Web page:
Captain America, Buck Rogers and the barbaric Brett Ratner in Everyday Hero headlines
Today’s handpicked headlines from the fanboy universe…
Wrapped in the flag: The Captain America movie, which will be a World War II tale and lead up to the hero’s appearance in the modern-day setting of the "The Avengers," will be directed by Joe Johnston, who has experience with the vintage-style screen adventures with "The Rocketeer." Johnston also directed "Jumanji," "Jurassic Park III" and the upcoming werewolf revival, "The Wolf Man," which stars Benicio Del Toro and Anthony Hopkins. Borys Kit interviewed Marvel Studios executive and "Cap" producer Kevin Feige for this morning’s announcement story in the trades: "Johnston first met with Marvel two years ago. When the two parties clicked, general talks turned into Captain America-specific meetings, with much of the project’s current direction resulting from those early conversations. ‘This is a guy who designed the vehicles for ‘Star Wars,’ who storyboarded the convoy action sequence for ‘Raiders of the Lost Ark,’ Feige said. "From ‘Rocketeer’ to ‘October Sky’ to ‘The Wolfman,’ you can look at pieces of his movies and see how they lead to this one’ … Kicking off with ‘Iron Man,’ Marvel Studios’ slate of movies — including ‘Thor’ and the ‘Iron Man’ sequel — is building toward an ‘Avengers’ movie set for release in 2011, in which the characters from the films team for one big adventure. ‘Captain America’ is scheduled for release May 6, 2011." [Hollywood Reporter]
"Skim" at the top: The New York Times Book Review section on Sunday was devoted to the Children’s Books Fall Special issue, which (somewhat jarringly) includes Elizabeth Spires’ review of the graphic novel "Skim," which is a tale of 16-year-old girl nicknamed Skim who attends a private girls school where she is treated as an outcast. The story, written by Mariko Tamaki and illustrated by Jillian Tamaki, touches on sexual identity, suicide and a romantic yearning between a student and her teacher, all of which is handled with a painful honesty and nuance that impressed the editors of the special section. Spires writes: "’Skim’ — a winner of a 2008 New York Times Best Illustrated Children’s Books Award — is a convincing chronicle of a teenage outsider who has enough sense to want to stay outside. In the final section of the story, titled appropriately ‘Goodbye (Hello),’ Skim defies the shallow, popular clique and walks out of a school dance with Katie. She’s cast off her nickname and is ‘Kim’ now, a name more true to the person she is slowly becoming. And Katie is slowly beginning to heal, too. All in all, ‘Skim’ offers a startlingly clear and painful view into adolescence for those of us who possess it only as a distant memory. It’s a story that deepens with successive rereadings. But what will teenagers think? Maybe that they’ve found a bracingly honest story by a writer who seems to remember exactly what it was like to be 16 and in love for the first time." [New York Times]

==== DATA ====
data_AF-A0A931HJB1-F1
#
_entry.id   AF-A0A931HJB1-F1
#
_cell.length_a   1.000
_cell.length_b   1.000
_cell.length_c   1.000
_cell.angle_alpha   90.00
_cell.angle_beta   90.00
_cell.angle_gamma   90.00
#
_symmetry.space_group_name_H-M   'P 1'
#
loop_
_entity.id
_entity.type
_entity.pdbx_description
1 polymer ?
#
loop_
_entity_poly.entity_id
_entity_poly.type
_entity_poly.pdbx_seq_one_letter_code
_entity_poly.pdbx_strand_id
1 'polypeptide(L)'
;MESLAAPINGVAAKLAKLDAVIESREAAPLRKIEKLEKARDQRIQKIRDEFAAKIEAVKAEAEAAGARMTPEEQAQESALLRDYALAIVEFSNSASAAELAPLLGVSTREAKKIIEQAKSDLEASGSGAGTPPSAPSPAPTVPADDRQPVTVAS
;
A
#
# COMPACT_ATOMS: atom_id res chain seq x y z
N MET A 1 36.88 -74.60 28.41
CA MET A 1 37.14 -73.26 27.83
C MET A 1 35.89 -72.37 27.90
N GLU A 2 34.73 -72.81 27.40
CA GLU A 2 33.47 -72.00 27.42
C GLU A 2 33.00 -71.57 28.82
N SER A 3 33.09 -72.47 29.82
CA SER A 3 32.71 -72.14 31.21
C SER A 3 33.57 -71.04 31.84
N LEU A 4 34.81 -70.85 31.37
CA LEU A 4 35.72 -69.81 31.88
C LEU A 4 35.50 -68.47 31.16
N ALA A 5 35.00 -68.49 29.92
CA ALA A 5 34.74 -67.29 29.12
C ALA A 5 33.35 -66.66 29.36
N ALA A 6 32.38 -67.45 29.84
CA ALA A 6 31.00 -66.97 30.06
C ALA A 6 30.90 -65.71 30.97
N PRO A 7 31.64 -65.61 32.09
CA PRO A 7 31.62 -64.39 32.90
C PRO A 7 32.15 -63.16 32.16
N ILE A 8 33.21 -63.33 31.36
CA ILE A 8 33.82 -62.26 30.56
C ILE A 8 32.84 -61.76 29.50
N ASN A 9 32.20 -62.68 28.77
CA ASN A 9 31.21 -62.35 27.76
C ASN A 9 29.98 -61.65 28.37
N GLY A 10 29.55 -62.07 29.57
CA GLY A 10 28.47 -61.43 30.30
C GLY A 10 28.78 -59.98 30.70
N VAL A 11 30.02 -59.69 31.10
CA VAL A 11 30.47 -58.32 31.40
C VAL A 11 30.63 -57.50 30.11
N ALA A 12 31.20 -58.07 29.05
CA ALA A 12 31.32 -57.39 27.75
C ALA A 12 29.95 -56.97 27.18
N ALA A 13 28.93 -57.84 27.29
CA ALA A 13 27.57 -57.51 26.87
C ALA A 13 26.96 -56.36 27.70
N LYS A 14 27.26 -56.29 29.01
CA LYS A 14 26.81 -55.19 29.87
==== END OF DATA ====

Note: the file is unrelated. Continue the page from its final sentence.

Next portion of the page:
Buck up, little buddy: Will we see Buck Rogers back in some new film or television revival? There was talk of Frank Miller directing a movie for a 2011 arrival at theater but that is more rumor than real at this point, according to "The Spirit" director himself. Either way, Lewis Wallace has written a quick appraisal of the hero’s history along with a 14-image photo gallery marking his 80th anniversary in pop culture: "Anthony ‘Buck’ Rogers first burst from writer Philip Nowlan’s imagination in 1928, when the intrepid spaceman appeared in "Armageddon — 2419," a story published in Amazing Stories magazine. From his pulp roots, the character developed into an influential American hero on the airwaves and the silver screen. Subsequent space swashbucklers like Brick Bradford and Flash Gordon took a cue from Buck Rogers’ sci-fi adventures. Buck took to the radio Nov. 7, 1932, with the first broadcast of ‘The World in 2432′. The radio show launched Buck and his female co-pilot, Wilma Deering, into the nation’s living rooms, introducing such sci-fi staples as spaceships and death rays." [Wired]
Brett Ratner? By Crom!: After the success of "300" it was really only a matter of time before a revival of Conan the Barbarian picked up serious steam. The name of Brett Ratner ("X-Men: The Last Stand") has been associated with the project quite a bit in recent months and recently Jay Fernandez and Borys Kit had this story in the trades on appraising his interest in the Cimmerian: "Ratner has been considering signing on to direct a 21st century update of ‘Conan,’ co-produced by Nu Image/Millennium and Lionsgate Films, even as he pushes another high-profile project — a fourth installment of the ‘Beverly Hills Cop’ franchise — toward a greenlight at Paramount, where he recently set up shop. While the ‘Conan’ development deal puts the brawny brigand on Ratner’s docket, ‘BHC IV’ is still likely to go into production first. Ratner jived to the ‘Conan’ script by Gersh-repped Joshua Oppenheimer and Thomas Dean Donnelly, who looked to Robert E. Howard’s original pulp stories of the 1930s to create their take on the character. The writers are doing a quick polish to incorporate some of Ratner’s ideas, with an eye toward releasing the film in 2010. … Millennium and Lionsgate are eyeing a potential franchise and envision a very R-rated approach in the $85 million budget range. "The story opens on the battlefield where Conan is born and tells the origin story that sets the stage for what will be the first of multiple films,’ Lerner said. [Hollywood Reporter]
— Geoff Boucher
Captain America image drawn by Steve Epting and courtesy of Marvel Comics.